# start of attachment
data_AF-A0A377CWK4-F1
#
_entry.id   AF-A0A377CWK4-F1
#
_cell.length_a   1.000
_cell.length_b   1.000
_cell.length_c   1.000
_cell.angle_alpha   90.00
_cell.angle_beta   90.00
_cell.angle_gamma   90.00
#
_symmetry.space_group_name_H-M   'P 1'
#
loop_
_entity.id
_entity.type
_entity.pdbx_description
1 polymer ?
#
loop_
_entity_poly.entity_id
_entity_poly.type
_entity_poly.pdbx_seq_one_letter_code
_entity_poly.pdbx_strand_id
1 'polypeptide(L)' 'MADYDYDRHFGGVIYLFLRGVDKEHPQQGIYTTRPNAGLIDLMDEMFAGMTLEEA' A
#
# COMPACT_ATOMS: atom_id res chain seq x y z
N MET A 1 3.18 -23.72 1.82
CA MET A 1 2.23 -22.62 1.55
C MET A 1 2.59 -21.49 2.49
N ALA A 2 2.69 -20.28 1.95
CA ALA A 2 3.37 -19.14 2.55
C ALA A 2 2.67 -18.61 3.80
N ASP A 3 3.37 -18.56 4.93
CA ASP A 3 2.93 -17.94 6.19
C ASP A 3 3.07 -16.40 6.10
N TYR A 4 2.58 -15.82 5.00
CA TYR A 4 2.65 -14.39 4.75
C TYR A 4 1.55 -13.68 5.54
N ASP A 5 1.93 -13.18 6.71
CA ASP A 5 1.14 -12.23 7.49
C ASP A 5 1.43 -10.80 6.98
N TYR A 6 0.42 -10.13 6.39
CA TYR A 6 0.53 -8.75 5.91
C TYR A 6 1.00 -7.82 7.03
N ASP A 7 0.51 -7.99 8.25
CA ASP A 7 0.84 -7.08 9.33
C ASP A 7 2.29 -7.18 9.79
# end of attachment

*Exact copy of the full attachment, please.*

data_AF-A0A377CWK4-F1
#
_entry.id   AF-A0A377CWK4-F1
#
_cell.length_a   1.000
_cell.length_b   1.000
_cell.length_c   1.000
_cell.angle_alpha   90.00
_cell.angle_beta   90.00
_cell.angle_gamma   90.00
#
_symmetry.space_group_name_H-M   'P 1'
#
loop_
_entity.id
_entity.type
_entity.pdbx_description
1 polymer ?
#
loop_
_entity_poly.entity_id
_entity_poly.type
_entity_poly.pdbx_seq_one_letter_code
_entity_poly.pdbx_strand_id
1 'polypeptide(L)' 'MADYDYDRHFGGVIYLFLRGVDKEHPQQGIYTTRPNAGLIDLMDEMFAGMTLEEA' A
#
# COMPACT_ATOMS: atom_id res chain seq x y z
N MET A 1 3.18 -23.72 1.82
CA MET A 1 2.23 -22.62 1.55
C MET A 1 2.59 -21.49 2.49
N ALA A 2 2.69 -20.28 1.95
CA ALA A 2 3.37 -19.14 2.55
C ALA A 2 2.67 -18.61 3.80
N ASP A 3 3.37 -18.56 4.93
CA ASP A 3 2.93 -17.94 6.19
C ASP A 3 3.07 -16.40 6.10
N TYR A 4 2.58 -15.82 5.00
CA TYR A 4 2.65 -14.39 4.75
C TYR A 4 1.55 -13.68 5.54
N ASP A 5 1.93 -13.18 6.71
CA ASP A 5 1.14 -12.23 7.49
C ASP A 5 1.43 -10.80 6.98
N TYR A 6 0.42 -10.13 6.39
CA TYR A 6 0.53 -8.75 5.91
C TYR A 6 1.00 -7.82 7.03
N ASP A 7 0.51 -7.99 8.25
CA ASP A 7 0.84 -7.08 9.33
C ASP A 7 2.29 -7.18 9.79